The gaze may appear serious, but it's one I've seen countless times
For a debut album, Eyes Set to Kill’s 2008 effort Reach has its fair share of good and bad points, which meant that overall, it was a good offering, if a little clichéd in places.
The follow-up effort from the Phoenix (Arizona, U.S.) outfit, 2009’s The World Outside, wasn’t so much an improvement, but more or less a calculated reinforcement of the same direction and sound that was heard on their debut. While existing fans took to the album in a major way, others were left unconvinced of the band’s talents - being largely ignored by most.
Now returning with their third album in as many years, Eyes Set to Kill are back with Broken Frames - an album that boasts a revamped line-up within the band ranks (lead vocalist/guitarist/keyboardist Alexia Rodriguez, bassist/backing vocalist Anissa Rodriguez, lead guitarist/backing vocalist Greg Kerwin and drummer Caleb Clifton have welcomed additional lead vocalist Justin ‘Cisko’ Denson to the fold), along with a promised change of direction and sound.
While in some ways Broken Frames shows a progression from the predominate metalcore sound of Eyes Set to Kill releases of the past, the band still haven’t quite managed to shake off the negative aspects of their past sound enough to really claim any great leaps forward.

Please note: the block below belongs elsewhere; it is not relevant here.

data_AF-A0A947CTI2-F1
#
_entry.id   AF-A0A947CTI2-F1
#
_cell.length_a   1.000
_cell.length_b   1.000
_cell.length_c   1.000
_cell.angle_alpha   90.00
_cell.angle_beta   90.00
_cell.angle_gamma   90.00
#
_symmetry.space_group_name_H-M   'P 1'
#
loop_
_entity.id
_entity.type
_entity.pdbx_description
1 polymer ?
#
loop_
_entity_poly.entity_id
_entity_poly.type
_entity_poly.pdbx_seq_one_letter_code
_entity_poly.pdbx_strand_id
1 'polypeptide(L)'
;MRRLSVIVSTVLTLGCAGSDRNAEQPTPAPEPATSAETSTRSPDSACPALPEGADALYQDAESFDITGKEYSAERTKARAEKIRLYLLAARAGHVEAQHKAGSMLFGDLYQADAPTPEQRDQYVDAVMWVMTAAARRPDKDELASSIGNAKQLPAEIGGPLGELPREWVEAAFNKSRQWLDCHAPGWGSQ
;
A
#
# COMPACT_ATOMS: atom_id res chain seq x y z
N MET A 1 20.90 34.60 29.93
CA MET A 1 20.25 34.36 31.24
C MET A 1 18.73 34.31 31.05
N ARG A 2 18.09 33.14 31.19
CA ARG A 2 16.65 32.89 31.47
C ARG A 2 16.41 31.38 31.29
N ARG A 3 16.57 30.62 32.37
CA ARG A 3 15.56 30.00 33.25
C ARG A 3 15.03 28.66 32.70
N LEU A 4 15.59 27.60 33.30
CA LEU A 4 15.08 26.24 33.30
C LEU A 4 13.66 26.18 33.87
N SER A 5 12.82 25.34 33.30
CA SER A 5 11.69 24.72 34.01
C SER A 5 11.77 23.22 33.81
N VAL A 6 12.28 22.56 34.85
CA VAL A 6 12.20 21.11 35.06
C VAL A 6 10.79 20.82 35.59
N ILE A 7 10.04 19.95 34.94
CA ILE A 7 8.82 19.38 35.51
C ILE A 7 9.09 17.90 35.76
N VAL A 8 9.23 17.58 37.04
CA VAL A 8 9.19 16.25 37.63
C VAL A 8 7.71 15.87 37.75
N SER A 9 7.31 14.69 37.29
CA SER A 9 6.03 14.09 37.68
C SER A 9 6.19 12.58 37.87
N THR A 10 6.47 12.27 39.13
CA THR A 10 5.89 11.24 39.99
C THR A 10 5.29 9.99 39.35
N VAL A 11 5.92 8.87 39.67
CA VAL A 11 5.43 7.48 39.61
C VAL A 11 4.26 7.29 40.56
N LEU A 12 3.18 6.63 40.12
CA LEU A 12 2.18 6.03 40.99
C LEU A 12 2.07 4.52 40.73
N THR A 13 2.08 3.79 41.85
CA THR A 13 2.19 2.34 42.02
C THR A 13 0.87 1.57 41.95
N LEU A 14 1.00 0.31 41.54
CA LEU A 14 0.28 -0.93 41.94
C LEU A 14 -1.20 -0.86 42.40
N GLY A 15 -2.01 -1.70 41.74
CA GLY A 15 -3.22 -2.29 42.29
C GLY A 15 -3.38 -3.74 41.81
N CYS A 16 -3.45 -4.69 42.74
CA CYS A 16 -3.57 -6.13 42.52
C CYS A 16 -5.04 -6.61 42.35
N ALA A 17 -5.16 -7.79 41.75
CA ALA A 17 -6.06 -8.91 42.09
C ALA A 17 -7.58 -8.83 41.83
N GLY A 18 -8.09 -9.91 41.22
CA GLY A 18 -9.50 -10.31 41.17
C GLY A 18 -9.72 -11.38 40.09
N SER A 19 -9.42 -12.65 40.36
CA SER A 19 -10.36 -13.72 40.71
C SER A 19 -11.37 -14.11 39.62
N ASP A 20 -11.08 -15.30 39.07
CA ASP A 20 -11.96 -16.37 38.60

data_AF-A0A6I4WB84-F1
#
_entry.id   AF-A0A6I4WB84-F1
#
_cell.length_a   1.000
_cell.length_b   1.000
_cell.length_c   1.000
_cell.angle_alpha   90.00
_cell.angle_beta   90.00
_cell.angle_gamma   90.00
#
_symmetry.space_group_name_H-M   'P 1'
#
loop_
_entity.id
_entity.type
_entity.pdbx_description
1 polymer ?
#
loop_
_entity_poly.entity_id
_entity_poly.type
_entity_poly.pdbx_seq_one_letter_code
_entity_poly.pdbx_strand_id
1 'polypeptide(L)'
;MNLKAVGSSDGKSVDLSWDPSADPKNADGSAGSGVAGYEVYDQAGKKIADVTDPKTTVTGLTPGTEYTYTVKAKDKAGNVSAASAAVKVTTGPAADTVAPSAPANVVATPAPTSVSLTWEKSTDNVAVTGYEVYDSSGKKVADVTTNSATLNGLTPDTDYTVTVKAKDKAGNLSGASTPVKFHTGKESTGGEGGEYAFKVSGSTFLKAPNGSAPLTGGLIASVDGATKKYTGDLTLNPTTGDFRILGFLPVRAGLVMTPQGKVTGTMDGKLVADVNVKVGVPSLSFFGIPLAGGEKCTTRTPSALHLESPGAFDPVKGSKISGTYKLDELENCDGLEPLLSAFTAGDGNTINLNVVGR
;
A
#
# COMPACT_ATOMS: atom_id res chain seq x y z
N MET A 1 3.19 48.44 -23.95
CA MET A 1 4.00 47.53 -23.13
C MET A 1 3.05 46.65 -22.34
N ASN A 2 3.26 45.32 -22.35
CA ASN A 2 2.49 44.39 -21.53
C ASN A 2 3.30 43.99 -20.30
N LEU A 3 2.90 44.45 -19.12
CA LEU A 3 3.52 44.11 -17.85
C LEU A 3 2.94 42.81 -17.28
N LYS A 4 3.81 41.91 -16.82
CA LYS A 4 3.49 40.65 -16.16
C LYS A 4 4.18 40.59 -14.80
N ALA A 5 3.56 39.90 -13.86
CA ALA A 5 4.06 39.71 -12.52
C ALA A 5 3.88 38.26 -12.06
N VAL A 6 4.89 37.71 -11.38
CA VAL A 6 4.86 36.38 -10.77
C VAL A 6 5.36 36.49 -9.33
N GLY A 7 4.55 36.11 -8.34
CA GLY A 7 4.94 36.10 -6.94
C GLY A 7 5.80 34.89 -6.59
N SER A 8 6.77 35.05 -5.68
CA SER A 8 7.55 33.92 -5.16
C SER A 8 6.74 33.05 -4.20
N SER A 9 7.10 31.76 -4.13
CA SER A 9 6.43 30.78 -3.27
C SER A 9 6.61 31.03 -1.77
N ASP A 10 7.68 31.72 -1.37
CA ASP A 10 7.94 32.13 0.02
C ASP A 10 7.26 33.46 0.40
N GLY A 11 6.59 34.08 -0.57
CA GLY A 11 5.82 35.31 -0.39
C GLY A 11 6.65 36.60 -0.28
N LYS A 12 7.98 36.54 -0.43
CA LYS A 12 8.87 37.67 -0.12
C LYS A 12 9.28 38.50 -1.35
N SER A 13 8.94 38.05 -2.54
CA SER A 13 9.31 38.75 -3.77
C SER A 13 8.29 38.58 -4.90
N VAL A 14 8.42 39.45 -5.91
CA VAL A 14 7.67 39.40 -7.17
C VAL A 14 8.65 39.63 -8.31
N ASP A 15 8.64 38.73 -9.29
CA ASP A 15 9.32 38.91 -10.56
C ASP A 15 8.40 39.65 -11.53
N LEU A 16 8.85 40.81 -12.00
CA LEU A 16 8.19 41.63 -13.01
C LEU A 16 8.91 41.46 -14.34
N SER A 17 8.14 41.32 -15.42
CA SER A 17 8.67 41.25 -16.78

The first single All You Ever Knew is quite an opening track, with the much promised heavier sound coming through in waves previously unheard of before from the band. The angular riffing is also a notable addition to the band’s sound, while the trade off between Alexia and Denson still offer some connection with the past for those who have followed the band’s work. Unfortunately, as good as the new textures are, the song still has that fair run of the mill metalcore aggressiveness, but with an added sense of alternative rock with the addition of Alexia stand out vocals. In short, Denson’s position within the band (much like the other growled vocalists they’ve had in the past) offers nothing to the band’s sound, and is therefore an unnecessary extra.
The title track Broken Frames is primarily a carbon copy of the opener with a slightly different tempo and melody line, but the album does pick up a little with The Listening. Perhaps it’s the slightly darker tone, or maybe the varying shifts in tempos, but either way, this song is definitely one of the album’s stronger moments.
Continuing the upswing in quality is the gorgeous Ticking Bombs, which more than proves that once the growled vocals are removed, Eyes Set to Kill do have the ability to stand and shine by themselves.
Although fast paced and kind of rocking, Play the Part and Falling Fast are fairly formulated efforts, with Denson’s efforts dominating proceedings. In stark contrast, it’s the tail end of the album where the slow building/piano based Ryan (which is preceded by the short instrumental Catch Your Breath), Two Letter Sin, Escape and Let Me In (which is actually a solo effort from Alexia under the name of Lexia) which shows just what Eyes Set to Kill are capable of when providing listeners with something that doesn’t fall victim of having to deliver material that’s strictly metalcore.
After two fairly familiar releases, and talk from the band about trying some new things, I was expecting so much more from this album. But in the end, Broken Frames is just another good release from the band, but only if you happen to be a fan of the band’s two former releases. My advice to the band would be to drop the male vocals and the metalcore sound, and focus on the sound that lies underneath. That’s where the real talent lies.
(BreakSilence Recordings/Koch Entertainment)